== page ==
The post-surgical development of off-medication dyskinesias(13,14) in some patients undergoing fetal nigral transplantation has been of concern. These so called ‘graft induced dyskinesias’ (GIDs) are believed to be due to the heterogeneous extent of graft innervation across the striatum, as well as the ratio and numbers of surviving serotonergic and dopaminergic transplanted neurons5,15-6. In all cases where these GIDs have been disabling, they have responded to deep brain stimulation. Future advances to reduce GIDs may occur if the transplantation of graft-derived striatal serotonergic neurons could be minimized by selection and cell sorting- which may be easier with stem-cell derived neurons-or the use of serotonin 1A agonists. The current European TRANSNEURO study is designed to improve our understanding of the potential benefits of fetal cell implant therapy.
Stem cell therapy
Alternative sources of stem cells for transplantation are being investigated. An obvious advantage would be to provide greater numbers of dopaminergic neurons suitable for transplantation. Differentiation of dopaminergic neurons from bone marrow-derived mesenchymal stem cells, embryonic stem cells, neural stem cells or reprogrammed fibroblasts have all gained considerable interest at varying times, although the extent to which the derived cells are truly nigral dopaminergic neurons is often debatable.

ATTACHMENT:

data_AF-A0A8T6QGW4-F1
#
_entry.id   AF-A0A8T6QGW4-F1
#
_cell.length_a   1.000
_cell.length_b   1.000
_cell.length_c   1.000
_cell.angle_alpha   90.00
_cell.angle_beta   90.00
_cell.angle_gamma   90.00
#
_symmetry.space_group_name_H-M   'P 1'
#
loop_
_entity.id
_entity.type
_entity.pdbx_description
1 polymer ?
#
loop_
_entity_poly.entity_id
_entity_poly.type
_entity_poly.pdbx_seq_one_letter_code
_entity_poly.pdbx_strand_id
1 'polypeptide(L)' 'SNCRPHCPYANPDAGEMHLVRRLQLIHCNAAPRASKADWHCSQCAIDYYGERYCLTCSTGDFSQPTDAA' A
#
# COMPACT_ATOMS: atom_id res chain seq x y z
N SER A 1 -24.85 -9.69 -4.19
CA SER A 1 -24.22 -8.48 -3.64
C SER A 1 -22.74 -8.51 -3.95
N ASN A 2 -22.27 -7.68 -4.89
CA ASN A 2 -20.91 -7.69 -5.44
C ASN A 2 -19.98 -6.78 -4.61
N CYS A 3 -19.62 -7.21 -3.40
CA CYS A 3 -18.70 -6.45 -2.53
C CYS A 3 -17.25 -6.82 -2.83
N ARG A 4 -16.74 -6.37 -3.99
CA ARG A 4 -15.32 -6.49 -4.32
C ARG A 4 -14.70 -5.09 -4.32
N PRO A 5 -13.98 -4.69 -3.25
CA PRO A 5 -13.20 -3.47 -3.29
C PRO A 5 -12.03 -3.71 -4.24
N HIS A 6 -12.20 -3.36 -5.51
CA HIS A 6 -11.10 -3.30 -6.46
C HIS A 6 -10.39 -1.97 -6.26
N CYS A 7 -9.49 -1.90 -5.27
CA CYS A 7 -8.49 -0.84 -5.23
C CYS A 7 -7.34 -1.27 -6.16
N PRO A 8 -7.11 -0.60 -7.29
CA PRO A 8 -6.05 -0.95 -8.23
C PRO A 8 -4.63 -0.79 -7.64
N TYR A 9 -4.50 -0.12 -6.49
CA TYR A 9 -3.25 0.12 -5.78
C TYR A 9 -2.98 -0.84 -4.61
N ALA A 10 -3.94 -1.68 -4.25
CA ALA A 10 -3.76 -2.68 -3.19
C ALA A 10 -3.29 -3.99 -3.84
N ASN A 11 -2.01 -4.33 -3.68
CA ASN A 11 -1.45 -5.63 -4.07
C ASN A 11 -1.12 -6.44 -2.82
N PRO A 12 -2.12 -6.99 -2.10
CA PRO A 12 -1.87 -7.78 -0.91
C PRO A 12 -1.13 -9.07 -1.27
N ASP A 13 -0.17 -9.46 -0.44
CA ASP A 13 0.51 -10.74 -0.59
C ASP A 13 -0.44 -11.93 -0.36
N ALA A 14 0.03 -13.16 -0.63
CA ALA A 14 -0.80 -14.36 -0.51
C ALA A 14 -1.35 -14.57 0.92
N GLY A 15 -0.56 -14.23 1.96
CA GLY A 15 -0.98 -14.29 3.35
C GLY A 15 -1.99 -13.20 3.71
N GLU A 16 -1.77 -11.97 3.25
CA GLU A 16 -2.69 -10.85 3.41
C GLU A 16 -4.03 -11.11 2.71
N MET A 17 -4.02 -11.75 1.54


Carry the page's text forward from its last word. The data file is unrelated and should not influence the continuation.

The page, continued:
Embryonic stem cells
Embryonic stem cells (eSCs) are pluripotent and thus can be differentiated into any type of cell in the body, including neurons with dopaminergic properties. Until recently, protocols for doing this were inefficient, although this has changed with a recently developed new protocol(17). Successful transplantation and survival of dopaminergic neurons differentiated from these eSCs has been performed in rodent models, with some evidence of functional recovery(17-21). Problems using this approach include the risk of tumours and teratoma formation(20, 22). The most recent approach avoids teratoma formation and overgrowth, and leads to the generation of better functional dopaminergic neurons. However much still needs to be done before these cells can be brought to the clinic.
Stem cells derived from bone marrow